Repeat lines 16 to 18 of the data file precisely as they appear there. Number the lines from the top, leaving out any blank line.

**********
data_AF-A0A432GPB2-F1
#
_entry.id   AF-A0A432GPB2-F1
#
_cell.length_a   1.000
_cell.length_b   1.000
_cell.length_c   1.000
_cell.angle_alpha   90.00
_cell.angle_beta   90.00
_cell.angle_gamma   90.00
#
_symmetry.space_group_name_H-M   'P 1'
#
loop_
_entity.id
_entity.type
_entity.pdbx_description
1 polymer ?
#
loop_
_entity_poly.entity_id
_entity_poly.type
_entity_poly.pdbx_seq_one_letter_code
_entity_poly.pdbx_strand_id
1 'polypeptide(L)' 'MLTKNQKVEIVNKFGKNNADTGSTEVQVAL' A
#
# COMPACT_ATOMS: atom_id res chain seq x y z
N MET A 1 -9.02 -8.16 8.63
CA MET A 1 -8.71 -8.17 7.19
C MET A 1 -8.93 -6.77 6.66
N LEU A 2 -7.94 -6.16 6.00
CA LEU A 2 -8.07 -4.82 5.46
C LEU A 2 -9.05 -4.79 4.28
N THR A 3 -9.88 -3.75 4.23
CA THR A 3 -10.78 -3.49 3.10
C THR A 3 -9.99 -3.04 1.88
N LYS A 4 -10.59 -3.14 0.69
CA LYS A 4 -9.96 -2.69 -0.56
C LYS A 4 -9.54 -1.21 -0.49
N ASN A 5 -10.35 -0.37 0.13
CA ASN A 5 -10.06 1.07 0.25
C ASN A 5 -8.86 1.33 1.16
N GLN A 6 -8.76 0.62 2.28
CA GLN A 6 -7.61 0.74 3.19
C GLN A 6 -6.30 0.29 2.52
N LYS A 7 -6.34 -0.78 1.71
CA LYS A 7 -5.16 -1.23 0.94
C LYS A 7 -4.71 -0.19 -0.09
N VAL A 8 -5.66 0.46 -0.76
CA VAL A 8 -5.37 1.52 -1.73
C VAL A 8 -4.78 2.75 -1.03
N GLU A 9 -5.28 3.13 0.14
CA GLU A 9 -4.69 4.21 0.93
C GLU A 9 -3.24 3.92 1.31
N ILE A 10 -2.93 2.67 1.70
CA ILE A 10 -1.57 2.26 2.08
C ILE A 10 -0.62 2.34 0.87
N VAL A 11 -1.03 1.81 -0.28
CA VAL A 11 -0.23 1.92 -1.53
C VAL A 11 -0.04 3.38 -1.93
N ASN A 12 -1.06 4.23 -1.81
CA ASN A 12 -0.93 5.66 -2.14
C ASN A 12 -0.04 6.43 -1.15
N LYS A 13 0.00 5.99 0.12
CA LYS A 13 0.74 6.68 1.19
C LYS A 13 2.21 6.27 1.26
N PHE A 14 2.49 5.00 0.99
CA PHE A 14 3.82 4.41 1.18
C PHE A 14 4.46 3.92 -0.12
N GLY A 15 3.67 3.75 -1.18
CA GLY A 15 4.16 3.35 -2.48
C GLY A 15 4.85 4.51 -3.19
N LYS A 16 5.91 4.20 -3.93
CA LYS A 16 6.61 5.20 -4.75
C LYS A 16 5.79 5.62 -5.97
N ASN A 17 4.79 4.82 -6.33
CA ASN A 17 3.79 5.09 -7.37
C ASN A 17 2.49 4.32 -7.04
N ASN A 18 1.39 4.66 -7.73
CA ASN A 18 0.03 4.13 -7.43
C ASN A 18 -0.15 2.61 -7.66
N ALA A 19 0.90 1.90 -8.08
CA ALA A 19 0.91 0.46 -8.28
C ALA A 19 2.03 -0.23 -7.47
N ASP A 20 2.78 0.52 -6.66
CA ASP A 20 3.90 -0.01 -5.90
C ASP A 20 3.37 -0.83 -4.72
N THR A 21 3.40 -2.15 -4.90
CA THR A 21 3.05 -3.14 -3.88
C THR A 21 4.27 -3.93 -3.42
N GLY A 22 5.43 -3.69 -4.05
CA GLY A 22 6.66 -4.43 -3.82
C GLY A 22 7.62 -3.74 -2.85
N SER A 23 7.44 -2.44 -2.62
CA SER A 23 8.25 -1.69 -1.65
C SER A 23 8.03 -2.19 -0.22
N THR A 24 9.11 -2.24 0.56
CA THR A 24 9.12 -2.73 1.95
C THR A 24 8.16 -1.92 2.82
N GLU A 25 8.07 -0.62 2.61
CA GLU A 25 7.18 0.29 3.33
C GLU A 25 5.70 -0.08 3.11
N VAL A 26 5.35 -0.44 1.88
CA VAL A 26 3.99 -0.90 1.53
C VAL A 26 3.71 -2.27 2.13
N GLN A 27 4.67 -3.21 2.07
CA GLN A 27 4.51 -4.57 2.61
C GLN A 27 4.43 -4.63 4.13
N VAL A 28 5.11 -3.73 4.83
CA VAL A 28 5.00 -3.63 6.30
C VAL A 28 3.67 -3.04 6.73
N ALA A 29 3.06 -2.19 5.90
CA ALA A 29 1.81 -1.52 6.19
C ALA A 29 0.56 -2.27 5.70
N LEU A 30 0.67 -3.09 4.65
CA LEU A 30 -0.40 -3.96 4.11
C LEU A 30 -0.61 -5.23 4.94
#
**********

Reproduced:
_entity.type
_entity.pdbx_description
1 polymer ?